AMATEURS ABOLISHED! screamed the headlines in 1962, during cricket’s equivalent of the French revolution. Daily Telegraph correspondent EW Swanton condemned the change as ‘not only unnecessary but deplorable’. Moreover, it meant curtains for the traditional ‘Gentlemen versus Players’ fixture – cricket’s oldest rivalry – in which carefree cavaliers had crossed swords with paid professionals since 1806.
Early duels witnessed the Gentlemen struggle. Though blessed with silky stroke-makers, few noblemen indulged in bowling – a rather tiresome pastime best left to under-gardeners and stable-lads. To compensate, the aristocrats rode roughshod over the rules. One wizard wheeze involving widening the wicket, courtesy of a fourth stump… obviously removed when the toffs batted. The Gents 1836 ‘XI’ took the biscuit, when eighteen swells insisted on having a knock while ringers were routinely roped in, including, occasionally, crack bowlers from the Players’ ranks.
Mortified MCC members spotted the aberration ‘FJ Titmus’, which jarringly elevated the working-class Londoner to amateur status
Etiquette was everything. Victorian Wisdens listed plain ‘Pinder’ or ‘Emmett’ but trumpeted Dr. E.M. Grace or A.N. Hornby Esq. One Kent professional, Richard Mills, missed the boat because his Players invitation, ambiguously addressed ‘Mills’, prompted elder brother George to pull rank – merely bagging a bogus single. On the occasions when a professional’s initials were proffered, they always trailed his surname. A 1950s scorecard howler breached this protocol, as mortified MCC members spotted the aberration ‘FJ Titmus’, thus jarringly elevating the working-class Londoner – and a cockney at that – to amateur status! Well really! After the initial shock, sanity was restored by the announcement “Ladies and Gentlemen, there is an alteration to the Middlesex scorecard: Number 7 FJ Titmus should read Titmus, FJ”.
The nuances of nomenclature remained a social minefield. Gauche Gloucestershire pro Tom Graveney made a frightful faux pas when congratulating varsity centurion DS Sheppard by calling him ‘David’! BO Allen, a former Gentlemen opener, barked “He’s Mister Sheppard to you!” Engaging an Oxbridge fellow by his full Christian name was terribly intimate, straying dangerously close to Brideshead’s Sebastian and Charles territory. Even AJ Raffles’ fawning chum, ‘Bunny’, drew the line at embracing his idol as ‘Arthur’.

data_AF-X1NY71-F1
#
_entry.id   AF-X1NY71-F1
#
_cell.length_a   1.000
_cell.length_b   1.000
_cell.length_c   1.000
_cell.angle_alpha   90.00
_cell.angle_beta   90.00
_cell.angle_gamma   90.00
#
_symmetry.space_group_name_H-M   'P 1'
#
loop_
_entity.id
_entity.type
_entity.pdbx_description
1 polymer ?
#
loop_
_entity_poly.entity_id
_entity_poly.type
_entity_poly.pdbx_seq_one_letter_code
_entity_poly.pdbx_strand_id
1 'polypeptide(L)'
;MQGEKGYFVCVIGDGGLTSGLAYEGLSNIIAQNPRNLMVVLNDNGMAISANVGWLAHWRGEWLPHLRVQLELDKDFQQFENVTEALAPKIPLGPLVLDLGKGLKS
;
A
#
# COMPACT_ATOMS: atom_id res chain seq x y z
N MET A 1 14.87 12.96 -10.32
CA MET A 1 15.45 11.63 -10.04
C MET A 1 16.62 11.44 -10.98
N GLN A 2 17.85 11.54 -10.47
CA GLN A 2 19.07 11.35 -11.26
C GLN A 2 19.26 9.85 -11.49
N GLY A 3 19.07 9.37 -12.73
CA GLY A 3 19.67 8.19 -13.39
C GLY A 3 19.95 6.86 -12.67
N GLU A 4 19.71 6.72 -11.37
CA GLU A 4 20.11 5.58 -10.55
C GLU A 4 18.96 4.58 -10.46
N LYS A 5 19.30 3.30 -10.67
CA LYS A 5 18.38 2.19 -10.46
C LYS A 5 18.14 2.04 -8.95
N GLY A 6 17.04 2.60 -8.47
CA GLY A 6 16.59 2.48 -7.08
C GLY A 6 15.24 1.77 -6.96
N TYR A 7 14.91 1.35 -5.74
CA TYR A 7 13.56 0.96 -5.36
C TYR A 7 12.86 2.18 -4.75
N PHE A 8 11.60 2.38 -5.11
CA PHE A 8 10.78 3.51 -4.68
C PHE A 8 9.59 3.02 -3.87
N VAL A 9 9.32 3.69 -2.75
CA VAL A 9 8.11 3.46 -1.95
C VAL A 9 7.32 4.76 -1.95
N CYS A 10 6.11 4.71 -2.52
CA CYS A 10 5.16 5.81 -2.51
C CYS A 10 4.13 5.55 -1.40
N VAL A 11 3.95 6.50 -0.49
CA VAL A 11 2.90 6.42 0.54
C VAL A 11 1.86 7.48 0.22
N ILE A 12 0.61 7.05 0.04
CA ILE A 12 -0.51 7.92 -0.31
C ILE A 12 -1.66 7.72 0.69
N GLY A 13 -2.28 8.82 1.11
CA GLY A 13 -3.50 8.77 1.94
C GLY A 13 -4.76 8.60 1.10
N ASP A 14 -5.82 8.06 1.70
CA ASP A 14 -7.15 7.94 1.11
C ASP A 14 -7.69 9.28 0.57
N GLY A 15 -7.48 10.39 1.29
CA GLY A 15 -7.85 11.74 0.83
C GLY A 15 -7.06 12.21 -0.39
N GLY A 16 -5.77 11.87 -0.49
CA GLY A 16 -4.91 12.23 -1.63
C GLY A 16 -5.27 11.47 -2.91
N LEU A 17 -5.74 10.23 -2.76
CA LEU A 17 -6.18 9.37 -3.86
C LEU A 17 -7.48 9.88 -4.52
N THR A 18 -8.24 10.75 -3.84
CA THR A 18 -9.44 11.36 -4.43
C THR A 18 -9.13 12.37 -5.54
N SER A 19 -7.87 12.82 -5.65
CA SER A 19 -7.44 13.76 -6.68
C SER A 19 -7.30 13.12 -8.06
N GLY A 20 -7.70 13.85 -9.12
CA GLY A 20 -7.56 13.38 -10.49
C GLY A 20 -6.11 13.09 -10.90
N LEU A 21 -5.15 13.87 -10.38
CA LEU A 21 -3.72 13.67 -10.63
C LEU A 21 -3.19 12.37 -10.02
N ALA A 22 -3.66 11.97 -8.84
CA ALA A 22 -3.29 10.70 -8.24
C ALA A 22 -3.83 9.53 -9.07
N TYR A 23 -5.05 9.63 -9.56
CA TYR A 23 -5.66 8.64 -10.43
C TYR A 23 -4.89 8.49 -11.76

The famous fictional gentleman slow bowler went by either Raffles or, in the finest amateur tradition, ‘AJ’ – a la ‘WG’ (Grace) and ‘CB’ (Fry). Nowadays England’s Pietersen, of all people, has revived this arcane practice. The tattooed tonker adopts the moniker ‘KP’, purely, one imagines, because it avoids uttering the odious ‘Kevin’. Of the current crop of Boers, AB De Villiers is known as ‘AB’, though, frankly, it’s best for all concerned if teammate VD Philander sticks to Vernon.
Custom dictated that the breed strolled on to the sward via a dedicated gate, having availed themselves of plush changing room facilities. The Oval boasted wicker armchairs, a dressing table and clothes brushes. Professionals were banished to ‘a bit of a rabbit hutch’ in the Kennington basement. Sartorially the Players were a disgrace. AG Steele, 1888 Gentlemen captain, noted a typical specimen wore thick woollen drawers, half an inch of which was generally visible above the waistband of his rather dirty white flannels. By contrast, contemporary amateurs were decked out in snazzy striped blazers and spiffing caps – MCC, Harlequin and Quidnuncs abounding.
The Lords battle – a de facto Test trial – commanded centre stage, but postwar the Gentlemen relished September seaside sojourns at the Scarborough cricket festival, where hostilities would resume. Decadent match day luncheon arrangements extended to dry sherry aperitifs, wine, the odd gin livener and vintage port. Accordingly, afternoon sessions saw more Stella performances than stellar. Trevor Bailey did manage to bowl Len Hutton a jaffa, though this wasn’t the unplayable delivery but an actual orange!
Gentlemen’s expenses (including hefty hotel bills) often, contentiously, trumped a Players match fee. The Champagne Charlies also made monkeys out of the authorities by trousering wonga for so-called administrative jobs. Off-spinner Robin Marlar risibly purported to be librarian at the Arundel Castle seat of the Duke of Norfolk (who just so happened to be Sussex CC President as well). It wasn’t cricket to countenance paid amateurs – a paradox in itself – and this racket led to jibes of ‘shamateurism’. The gents had somewhat overplayed their hand and by 1962, sadly, the game was up.
So the doors finally closed on this most select of Gentlemen’s clubs, where mere inclusion conferred credentials that spoke volumes for a chap’s character. Certainly the bluff Doctor Watson (portrayed by Nigel Bruce) thought so in Terror By Night. When Sherlock Holmes accuses Major Duncan Bleek of foul play, Watson thinks he’s gone off his rocker, protesting: “What on earth are you talking about? Duncan Bleek! But he played for the Gentlemen at Lords!” Those cricket-mad coves Charters and Caldicott are flabbergasted to discover erstwhile Balliol pal, Randall, swanning around in Nazi regalia – normally, of course, the preserve of Sandhurst Royal princes. Mulling over this queer business, Charters moots that Randall might be batting for the Boche, but Caldicott pooh-poohs such wild talk: “Traitor? Hardly old man…played for the Gentlemen”. “Only once,” demurs the ever-suspicious Charters.